How Does That Old Saying Go? Every answer is a familiar proverb or saying. Given a two-word phrase, one of the words is in that proverb or saying, and the other is an anagram of a word in it. The anagram can be either word in the phrase.
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How Does That Old Saying Go?

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How Does That Old Saying Go?

How Does That Old Saying Go?

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  • <iframe src="" width="100%" height="290" frameborder="0" scrolling="no" title="NPR embedded audio player">
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This is WEEKEND EDITION from NPR News. I'm Liane Hansen.

And joining us is puzzlemaster Will Shortz. Hey, Will.

WILL SHORTZ: How you doing, Liane?

HANSEN: I'm doing very well, thank you. How about yourself?

SHORTZ: Not bad. Not bad. Going to San Francisco this next week for the International Puzzle Party, which is for people who invent and collect mechanical puzzles, things you do with your hands.

HANSEN: Really? So it's not just an after party for everyone who went to the National Puzzlers' League convention in Baltimore, right?

SHORTZ: It's really a completely different group. I'll probably be the only person who was at the National Puzzlers' League convention, also at the International Puzzle Party.

HANSEN: Interesting. Yes. Well, going from word puzzles to ones that you can create. Fascinating.

SHORTZ: Right.

HANSEN: You gave us a great word puzzle last week. Would you repeat it?

SHORTZ: Yes. I said name a well-known U.S. city in six letters. Drop the first and fourth letters, so the remaining four letters, in order, name another well-known U.S. city. And as a hint, I said the two cities are in adjoining states. What cities are they?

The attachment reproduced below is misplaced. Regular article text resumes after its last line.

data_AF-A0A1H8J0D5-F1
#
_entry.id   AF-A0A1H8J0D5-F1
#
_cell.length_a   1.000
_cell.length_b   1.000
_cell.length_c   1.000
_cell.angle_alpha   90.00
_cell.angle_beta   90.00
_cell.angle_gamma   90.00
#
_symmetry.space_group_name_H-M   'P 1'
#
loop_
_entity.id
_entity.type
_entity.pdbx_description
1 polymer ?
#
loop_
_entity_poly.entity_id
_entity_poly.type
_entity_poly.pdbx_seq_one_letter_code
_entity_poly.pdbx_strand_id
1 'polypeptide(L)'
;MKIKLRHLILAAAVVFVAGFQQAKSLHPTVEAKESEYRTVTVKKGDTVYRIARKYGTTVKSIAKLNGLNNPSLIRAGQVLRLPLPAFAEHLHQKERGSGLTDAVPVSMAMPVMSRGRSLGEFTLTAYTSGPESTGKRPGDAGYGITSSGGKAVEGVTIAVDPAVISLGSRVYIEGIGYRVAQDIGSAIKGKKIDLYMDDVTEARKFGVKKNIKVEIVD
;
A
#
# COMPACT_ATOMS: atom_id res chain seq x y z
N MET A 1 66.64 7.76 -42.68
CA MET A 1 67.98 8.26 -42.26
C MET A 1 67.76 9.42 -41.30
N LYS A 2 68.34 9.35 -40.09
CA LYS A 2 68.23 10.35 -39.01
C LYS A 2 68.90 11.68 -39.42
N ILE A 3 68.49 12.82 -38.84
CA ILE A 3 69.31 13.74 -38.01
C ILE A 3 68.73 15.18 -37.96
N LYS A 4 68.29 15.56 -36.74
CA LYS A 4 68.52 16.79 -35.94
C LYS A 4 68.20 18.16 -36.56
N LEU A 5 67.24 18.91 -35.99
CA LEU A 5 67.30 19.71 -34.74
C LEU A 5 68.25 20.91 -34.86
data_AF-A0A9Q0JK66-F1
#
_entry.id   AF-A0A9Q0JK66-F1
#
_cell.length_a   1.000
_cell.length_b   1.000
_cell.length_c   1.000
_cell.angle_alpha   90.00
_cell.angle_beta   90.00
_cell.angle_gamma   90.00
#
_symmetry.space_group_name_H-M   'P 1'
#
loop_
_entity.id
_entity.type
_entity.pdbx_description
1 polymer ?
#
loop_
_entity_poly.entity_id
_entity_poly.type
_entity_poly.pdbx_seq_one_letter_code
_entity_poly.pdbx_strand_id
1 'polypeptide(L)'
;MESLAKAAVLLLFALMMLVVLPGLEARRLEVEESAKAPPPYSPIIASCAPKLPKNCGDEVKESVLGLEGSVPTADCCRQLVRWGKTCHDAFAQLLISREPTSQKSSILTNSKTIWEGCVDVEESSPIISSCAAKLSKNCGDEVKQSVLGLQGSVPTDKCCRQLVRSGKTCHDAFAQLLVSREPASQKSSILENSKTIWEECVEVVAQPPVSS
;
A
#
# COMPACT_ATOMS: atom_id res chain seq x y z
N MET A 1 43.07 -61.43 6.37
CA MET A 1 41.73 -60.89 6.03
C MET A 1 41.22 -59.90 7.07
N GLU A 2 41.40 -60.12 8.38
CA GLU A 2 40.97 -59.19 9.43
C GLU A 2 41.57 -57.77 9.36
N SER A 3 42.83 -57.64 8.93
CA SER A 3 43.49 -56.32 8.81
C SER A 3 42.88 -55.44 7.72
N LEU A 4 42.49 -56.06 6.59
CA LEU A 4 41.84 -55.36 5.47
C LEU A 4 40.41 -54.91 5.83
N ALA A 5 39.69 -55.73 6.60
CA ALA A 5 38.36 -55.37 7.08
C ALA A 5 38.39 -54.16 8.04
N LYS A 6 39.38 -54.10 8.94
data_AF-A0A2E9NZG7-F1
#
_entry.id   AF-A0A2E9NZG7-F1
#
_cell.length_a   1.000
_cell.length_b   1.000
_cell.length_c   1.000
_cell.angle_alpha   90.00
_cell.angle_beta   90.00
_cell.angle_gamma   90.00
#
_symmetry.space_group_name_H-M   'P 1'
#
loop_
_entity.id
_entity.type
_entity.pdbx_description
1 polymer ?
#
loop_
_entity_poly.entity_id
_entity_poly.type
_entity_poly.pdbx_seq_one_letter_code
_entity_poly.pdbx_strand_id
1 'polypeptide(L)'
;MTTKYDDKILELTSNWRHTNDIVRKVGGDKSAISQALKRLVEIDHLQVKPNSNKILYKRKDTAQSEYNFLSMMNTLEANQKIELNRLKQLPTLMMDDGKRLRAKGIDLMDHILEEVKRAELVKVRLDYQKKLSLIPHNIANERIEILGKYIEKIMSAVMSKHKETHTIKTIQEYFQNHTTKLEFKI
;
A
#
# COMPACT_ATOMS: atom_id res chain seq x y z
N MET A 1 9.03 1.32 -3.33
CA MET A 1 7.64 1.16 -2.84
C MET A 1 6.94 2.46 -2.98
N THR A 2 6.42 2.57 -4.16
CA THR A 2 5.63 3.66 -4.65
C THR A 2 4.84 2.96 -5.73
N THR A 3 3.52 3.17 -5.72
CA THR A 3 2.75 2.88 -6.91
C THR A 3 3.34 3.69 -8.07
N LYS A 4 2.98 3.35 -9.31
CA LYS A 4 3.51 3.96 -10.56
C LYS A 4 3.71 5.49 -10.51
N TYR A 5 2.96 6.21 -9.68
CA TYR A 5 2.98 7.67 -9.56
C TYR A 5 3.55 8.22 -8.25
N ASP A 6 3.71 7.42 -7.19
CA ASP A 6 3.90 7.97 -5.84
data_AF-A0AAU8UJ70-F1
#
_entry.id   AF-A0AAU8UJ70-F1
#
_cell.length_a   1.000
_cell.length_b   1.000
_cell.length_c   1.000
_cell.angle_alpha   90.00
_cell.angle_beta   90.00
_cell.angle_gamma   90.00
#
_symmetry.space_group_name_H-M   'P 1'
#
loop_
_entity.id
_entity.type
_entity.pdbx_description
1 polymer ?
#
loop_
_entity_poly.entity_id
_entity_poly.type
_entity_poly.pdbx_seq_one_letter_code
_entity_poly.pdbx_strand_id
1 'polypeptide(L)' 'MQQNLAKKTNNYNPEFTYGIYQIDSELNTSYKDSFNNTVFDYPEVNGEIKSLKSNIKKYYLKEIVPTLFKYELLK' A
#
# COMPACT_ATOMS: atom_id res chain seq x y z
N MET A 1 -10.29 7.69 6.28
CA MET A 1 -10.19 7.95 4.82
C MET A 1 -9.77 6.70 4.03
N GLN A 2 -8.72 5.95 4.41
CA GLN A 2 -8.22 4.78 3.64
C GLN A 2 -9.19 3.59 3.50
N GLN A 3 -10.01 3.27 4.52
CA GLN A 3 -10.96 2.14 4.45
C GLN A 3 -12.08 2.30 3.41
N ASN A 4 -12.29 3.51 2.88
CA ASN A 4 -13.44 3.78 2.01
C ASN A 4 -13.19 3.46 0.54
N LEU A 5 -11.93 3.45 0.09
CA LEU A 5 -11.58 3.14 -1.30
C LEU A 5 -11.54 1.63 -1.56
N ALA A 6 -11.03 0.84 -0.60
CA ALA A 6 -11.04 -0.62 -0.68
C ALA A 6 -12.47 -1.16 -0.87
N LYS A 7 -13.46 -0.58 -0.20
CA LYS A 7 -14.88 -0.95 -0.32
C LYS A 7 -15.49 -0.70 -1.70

HANSEN: What are they?

SHORTZ: They are Fresno, California and Reno, Nevada.

HANSEN: Well, we had a lot of people on the ball, 2,900 correct entries to this puzzle came in this week. Our randomly selected winner is Jennifer Kahn from East Brunswick, New Jersey. Hi, Jennifer.


HANSEN: What do you do in East Brunswick?

Ms. KAHN: I'm retired. I'm a biochemist. I retired in October last year. And I've just recently gone back to work in the afternoons in a lab.

HANSEN: All right. Well, if we get any science questions, I'm counting on you.

Ms. KAHN: Uh-huh.

(Soundbite of laughter)

HANSEN: You sound ready to play. Are you?

Ms. KAHN: Uh, yes.


(Soundbite of laughter)


SHORTZ: After a pause.

HANSEN: Right. Qualified yes. Will, meet Jennifer. Let's play.

SHORTZ: All right, Jennifer, every answer today is a familiar proverb or saying. I'm going to give you a two-word phrase, one of the words is in the proverb or saying, the other is an anagram of a word in it. And the anagram could be either word in the phrase. For example, if I said, more roads, M-O-R-E R-O-A-D-S, you would say, all roads lead to Rome, because they both have roads and more is an anagram of Rome.


Ms. KAHN: Yes.

SHORTZ: All right. Number one is rolling notes, N-O-T-E-S.

Ms. KAHN: Rolling notes.


Ms. KAHN: Oh, rolling stone.

HANSEN: Right.

SHORTZ: Gathers no moss is correct.

Ms. KAHN: Yeah, gathers no moss, yes.

SHORTZ: Good. Number two, gold ton, G-O-L-D T-O-N.

HANSEN: Gold ton.


HANSEN: Not - would that - so might that be not?


HANSEN: All right. So what's a proverb that has the gold and not? All that glimmers is not gold.

Ms. KAHN: All that glimmers is not gold.


SHORTZ: That's right. Good. Two hubs, T-W-O H-U-B-S.

Ms. KAHN: Must be two - a bird in - no.

SHORTZ: What's that? That's it.

Ms. KAHN: Two, no.

HANSEN: No, you had it.

SHORTZ: You have it.

Ms. KAHN: A bird in the hand is worth two in the bush.

HANSEN: Got it.

SHORTZ: That's it. Raw love, R-A-W L-O-V-E.

Ms. KAHN: L-O-V-E.

HANSEN: So love stays the same.

SHORTZ: Yes. Rearrange the letters of raw.

Ms. KAHN: Oh, war…


HANSEN: Make love not war?

Ms. KAHN: Make - yes.

SHORTZ: I guess that works. That's not my answer.

HANSEN: But that's not an old proverb, it's sort of from the '60s. What was your answer?

SHORTZ: My answer is: All is fair in love and war.